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July 23, 2014

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Bail set at $250,000 for man accused of dumping woman in desert

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Harold Marin-Velasquez

Bail was set at $250,000 this morning for a man charged with murder in the death of a woman whose body was found Saturday near a quarry in the desert outside Boulder City.

Harold Marin-Velasquez, 34, is charged with first-degree murder in the death of 43-year-old Edis Hernandez-Quintanilla.

At a hearing Wednesday morning in Las Vegas Justice Court, prosecutor Pam Weckerly requested that Marin-Velasquez continue to be held without bail, saying the “proof in this case is pretty substantial.”

According to a Metro Police arrest report, Marin-Velasquez confessed to the crime while being questioned at the Boulder City Police Department and was found to have dried blood on his clothing.

His attorney, Heidi Almase, asked for a maximum bail of $25,000. She said her client wasn’t a flight risk and had significant ties to the community, including 11 years of employment at a Strip casino and the ownership of two homes.

Five family members were in court to show support for him, she said, and he has only one prior conviction for a misdemeanor offense.

Weckerly argued that jumping from a misdemeanor to murder showed Marin-Velasquez posed a serious threat to the community. She said if bail was going to be set, it should be at least $1 million, but would prefer that he be held without bail.

Justice of the Peace Robert Walsh, who was sitting on the bench for Nancy Oesterle, set bail at $250,000. A preliminary hearing date was set for June 2.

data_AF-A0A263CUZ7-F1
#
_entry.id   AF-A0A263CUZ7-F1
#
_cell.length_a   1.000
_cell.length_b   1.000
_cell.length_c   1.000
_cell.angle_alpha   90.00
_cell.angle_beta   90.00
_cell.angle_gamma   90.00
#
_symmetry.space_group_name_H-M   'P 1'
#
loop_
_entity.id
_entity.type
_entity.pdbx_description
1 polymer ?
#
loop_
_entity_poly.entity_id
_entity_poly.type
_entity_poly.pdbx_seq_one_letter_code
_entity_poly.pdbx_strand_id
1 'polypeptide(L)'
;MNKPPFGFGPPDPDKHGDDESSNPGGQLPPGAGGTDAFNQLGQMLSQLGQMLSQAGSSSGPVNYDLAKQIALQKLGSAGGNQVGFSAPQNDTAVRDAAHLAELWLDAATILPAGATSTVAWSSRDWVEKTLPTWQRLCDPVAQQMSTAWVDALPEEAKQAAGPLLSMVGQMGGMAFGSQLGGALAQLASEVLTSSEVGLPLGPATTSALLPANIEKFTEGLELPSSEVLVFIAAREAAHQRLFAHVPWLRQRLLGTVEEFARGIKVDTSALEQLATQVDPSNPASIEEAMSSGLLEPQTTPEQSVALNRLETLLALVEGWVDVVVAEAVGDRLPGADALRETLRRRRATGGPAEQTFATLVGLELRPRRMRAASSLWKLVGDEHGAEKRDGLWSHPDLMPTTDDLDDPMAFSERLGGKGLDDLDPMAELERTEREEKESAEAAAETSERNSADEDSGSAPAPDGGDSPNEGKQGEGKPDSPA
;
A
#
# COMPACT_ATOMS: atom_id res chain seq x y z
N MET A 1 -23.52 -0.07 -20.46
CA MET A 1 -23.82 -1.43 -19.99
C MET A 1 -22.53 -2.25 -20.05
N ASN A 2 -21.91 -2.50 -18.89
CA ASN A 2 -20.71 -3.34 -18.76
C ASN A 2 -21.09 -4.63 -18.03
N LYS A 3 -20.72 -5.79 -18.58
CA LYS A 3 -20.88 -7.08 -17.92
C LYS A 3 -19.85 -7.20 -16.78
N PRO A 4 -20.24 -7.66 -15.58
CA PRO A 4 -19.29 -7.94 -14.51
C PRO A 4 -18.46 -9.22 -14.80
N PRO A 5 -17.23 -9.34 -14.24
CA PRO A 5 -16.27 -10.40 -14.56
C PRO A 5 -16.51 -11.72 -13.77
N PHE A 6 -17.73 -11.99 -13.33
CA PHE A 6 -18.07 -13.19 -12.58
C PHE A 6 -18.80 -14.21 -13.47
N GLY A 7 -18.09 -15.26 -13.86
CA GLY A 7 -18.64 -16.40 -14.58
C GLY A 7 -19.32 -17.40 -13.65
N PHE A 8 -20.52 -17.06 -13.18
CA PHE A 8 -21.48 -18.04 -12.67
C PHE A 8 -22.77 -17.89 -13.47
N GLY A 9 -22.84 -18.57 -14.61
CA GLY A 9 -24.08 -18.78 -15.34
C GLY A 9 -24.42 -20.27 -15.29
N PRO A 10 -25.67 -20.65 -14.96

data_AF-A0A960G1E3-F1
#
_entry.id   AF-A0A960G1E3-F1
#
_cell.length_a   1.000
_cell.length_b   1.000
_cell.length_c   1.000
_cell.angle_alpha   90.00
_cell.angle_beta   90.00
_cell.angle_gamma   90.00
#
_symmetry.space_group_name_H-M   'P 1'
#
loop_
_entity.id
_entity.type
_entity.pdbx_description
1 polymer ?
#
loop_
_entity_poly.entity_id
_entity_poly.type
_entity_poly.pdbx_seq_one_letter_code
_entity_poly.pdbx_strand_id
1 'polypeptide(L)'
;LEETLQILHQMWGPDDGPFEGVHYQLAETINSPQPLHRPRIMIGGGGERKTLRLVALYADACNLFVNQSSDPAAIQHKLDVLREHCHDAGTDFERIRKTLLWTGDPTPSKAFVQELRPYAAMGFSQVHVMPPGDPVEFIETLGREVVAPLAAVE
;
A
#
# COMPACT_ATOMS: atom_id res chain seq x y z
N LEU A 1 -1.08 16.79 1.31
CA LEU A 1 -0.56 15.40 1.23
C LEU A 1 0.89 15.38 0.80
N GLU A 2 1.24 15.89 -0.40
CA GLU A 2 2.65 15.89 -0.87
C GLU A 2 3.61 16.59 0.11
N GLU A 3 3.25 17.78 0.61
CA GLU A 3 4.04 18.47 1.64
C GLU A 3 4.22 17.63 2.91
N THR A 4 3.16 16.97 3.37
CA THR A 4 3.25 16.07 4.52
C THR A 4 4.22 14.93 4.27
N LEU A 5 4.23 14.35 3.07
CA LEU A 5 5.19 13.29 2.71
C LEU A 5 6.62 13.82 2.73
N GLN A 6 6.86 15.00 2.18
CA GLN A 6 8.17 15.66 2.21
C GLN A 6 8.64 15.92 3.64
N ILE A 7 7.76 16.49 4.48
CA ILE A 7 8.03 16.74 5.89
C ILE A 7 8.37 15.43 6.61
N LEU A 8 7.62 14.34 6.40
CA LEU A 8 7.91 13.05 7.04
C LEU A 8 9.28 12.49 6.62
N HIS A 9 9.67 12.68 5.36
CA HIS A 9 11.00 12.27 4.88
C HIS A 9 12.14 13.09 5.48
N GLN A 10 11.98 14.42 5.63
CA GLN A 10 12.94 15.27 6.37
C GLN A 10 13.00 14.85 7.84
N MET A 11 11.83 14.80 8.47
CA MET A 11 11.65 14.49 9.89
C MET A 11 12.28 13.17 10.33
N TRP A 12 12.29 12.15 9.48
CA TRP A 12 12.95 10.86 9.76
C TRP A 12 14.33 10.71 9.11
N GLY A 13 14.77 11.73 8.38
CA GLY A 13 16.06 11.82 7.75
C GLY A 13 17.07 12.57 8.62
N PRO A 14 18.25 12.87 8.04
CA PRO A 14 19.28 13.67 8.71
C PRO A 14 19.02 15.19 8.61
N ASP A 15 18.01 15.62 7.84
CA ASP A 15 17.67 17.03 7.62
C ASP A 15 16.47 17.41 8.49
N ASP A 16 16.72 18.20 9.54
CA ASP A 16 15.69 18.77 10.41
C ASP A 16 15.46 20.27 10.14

Almase hinted during arguments about a possible defense but declined to comment on the case after the hearing.

Police found Hernandez-Quintanilla’s body at about 9:30 a.m. Saturday, shortly after stopping Marin-Velasquez, who had been seen walking in the area before leaving at a high rate of speed in his 2004 GMC Yukon, according to an arrest report.

Officers became suspicious after seeing condoms, eyeliner and a Nevada driver’s license for Hernandez-Quintanilla on the floor of his vehicle. They also noted Marin-Velasquez appeared to be intoxicated and smelled of alcohol.

The report noted that he had dried blood on his shirt and pants and his clothing appeared to be disheveled. An officer returned to the area where Marin-Velasquez had been seen and found Hernandez-Quintanilla’s body. The officers were able to determine that her identity matched the driver’s license in Marin-Velasquez’s vehicle, the report said.

The Clark County Coroner’s Office said she died of asphyxiation and ruled her death a homicide.

Marin-Velasquez was taken to the Boulder City Police Department for questioning. As police were collecting his clothing and scraping his fingernails for DNA, he made the statement that, “I don’t know why you are doing all this, I have blood on my hands; I’m guilty,” the report stated.

In a subsequent interview with police, Marin-Velasquez told detectives he met Hernandez-Quintanilla at the Silver Saddle Saloon on Charleston Boulevard and Fremont Street, the report said. He told detectives the woman had agreed to have sex with him for $50, but an altercation arose when she asked for more money, the report stated. The two began struggling inside his Yukon.

A man who had been in the bar and helped to arrange the transaction got into the Yukon at one point, but Marin-Velasquez, who claimed to police he had martial arts training, struck the man and he exited the vehicle, the report said.

Marin-Velasquez told officers Hernandez-Quintanilla began choking him but he was able to deflect her; he then began choking her until she went limp, the report said.

He told police he believed he was in Arizona when he dumped the body.

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